It is becoming increasingly common in the world of small and medium-sized enterprises to hear about holding companies. It is no longer a term reserved for large multinationals, but has become commonplace in the SME business world.
But what is a holding company or group of companies?
The regulation of this type of company is found in Article 42 of the Commercial Code, according to which:
A group exists when a company holds or may hold, directly or indirectly, the control of one or more other companies.
When is one company considered to have control over another?
According to art. 42 Ccom. when:
- Holds the majority of the voting rights.
- Has the power to appoint or dismiss the majority of the members of the administrative body.
- Can dispose, by virtue of agreements entered into with third parties, of the majority of the voting rights.
- Has appointed with its votes the majority of the members of the administrative organ who hold office at the time when the consolidated accounts are to be drawn up and during the two immediately preceding financial years..
One of the characteristics of a holding company is that it is a company whose main activity is to hold the shares of other companies; it does not have a specific productive activity. The term comes from the English word “hold” which means “to have”, i.e. it is a company that holds shares in other companies. It is the companies that “hang” from it that carry out the business activity in which each of them is engaged.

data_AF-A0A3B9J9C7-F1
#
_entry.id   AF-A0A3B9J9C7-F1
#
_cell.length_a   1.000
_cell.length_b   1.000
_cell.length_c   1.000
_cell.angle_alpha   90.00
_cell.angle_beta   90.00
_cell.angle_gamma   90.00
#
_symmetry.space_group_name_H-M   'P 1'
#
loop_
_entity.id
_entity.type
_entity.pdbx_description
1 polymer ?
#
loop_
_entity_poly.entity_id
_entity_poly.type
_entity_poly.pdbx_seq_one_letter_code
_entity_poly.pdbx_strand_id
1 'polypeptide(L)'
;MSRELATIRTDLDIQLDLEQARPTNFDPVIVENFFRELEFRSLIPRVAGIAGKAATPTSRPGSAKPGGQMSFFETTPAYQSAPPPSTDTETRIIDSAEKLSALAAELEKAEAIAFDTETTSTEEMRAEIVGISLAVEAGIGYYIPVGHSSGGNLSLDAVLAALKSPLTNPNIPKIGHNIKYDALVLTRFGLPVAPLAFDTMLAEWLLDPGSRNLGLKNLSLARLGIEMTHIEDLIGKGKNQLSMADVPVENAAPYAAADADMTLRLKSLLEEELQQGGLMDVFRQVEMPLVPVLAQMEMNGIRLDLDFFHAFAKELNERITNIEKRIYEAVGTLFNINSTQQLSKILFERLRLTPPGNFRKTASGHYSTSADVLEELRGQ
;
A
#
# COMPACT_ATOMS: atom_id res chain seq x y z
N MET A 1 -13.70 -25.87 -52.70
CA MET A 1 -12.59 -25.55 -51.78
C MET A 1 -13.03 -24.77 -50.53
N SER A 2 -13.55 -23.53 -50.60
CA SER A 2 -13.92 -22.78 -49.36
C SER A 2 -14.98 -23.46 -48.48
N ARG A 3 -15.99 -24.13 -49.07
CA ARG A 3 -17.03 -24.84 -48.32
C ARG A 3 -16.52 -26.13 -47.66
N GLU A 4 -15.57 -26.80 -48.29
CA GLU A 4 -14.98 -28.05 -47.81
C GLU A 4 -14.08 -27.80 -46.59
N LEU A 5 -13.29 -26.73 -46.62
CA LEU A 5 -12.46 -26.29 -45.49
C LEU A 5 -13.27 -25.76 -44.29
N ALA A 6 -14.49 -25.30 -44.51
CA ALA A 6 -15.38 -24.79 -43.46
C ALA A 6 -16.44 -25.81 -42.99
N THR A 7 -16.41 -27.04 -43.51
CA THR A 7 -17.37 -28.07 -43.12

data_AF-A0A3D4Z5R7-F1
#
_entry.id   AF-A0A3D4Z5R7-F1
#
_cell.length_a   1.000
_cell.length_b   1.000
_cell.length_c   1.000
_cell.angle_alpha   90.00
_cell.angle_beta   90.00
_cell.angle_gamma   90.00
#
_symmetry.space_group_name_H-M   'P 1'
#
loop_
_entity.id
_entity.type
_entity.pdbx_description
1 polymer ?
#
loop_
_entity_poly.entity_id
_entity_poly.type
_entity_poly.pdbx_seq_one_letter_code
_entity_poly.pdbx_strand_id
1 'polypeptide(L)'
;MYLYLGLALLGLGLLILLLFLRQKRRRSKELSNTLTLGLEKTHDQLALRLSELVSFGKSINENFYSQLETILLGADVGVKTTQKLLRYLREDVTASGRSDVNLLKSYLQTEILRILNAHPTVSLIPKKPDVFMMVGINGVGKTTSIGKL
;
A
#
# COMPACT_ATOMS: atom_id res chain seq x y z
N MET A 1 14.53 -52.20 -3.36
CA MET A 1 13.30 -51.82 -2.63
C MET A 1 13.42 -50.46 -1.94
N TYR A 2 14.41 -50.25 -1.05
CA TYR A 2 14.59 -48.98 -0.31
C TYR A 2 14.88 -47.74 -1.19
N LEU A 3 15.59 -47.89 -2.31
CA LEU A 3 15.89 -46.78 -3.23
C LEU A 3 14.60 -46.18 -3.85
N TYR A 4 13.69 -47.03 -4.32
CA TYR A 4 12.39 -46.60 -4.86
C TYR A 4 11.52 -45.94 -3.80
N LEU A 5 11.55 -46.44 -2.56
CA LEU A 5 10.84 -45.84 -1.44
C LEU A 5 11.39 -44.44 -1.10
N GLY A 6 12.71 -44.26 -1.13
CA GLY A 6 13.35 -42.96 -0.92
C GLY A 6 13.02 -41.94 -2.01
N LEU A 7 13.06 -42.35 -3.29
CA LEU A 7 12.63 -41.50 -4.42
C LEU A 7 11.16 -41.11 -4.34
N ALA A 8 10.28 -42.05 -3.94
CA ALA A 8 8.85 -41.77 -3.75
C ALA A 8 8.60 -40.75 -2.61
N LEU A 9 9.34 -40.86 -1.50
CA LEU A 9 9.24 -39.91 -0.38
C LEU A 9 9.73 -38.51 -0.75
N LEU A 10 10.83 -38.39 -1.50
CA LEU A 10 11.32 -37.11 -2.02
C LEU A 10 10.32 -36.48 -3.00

It is therefore a question of creating a company that controls and manages the other companies in the group, which will carry out a specific and independent business activity.
The holding company that manages the group of companies is also known as the parent company, and the basic structure of the group is as follows:
The creation of a holding company has important advantages, both in the organisational development of the company and for tax purposes. Regarding the latter, we recommend reading our previous post which you can consult at the following link: The transfer of shares in a holding company.
Advantages of a holding company
For the purposes of organising our own company, the main advantages of setting up a holding company can be summarised as follows:
- It offers a stronger and more business-like image to both our customers and suppliers, and can even help us to achieve a stronger position among our competitors.
- Economic risk is limited and reduced, thus delimiting the social and corporate responsibilities of each of the companies that make up the group.
- Finally, one of the greatest benefits for the holding company is the compensation of losses between the different companies of the group derived from the activities carried out by each of them.
- Being able to finance the opening of new companies by pooling the profits of all the companies that carry out their business activities, avoiding or reducing as far as possible the costs of transferring funds from one to another, through different commercial operations.
In short, if we are operating in the legal and mercantile traffic through another type of corporate structure or with a mere company, perhaps it would be the moment to consider the constitution of a Holding or group of companies in order to optimise the management and profitability of our companies and new investments.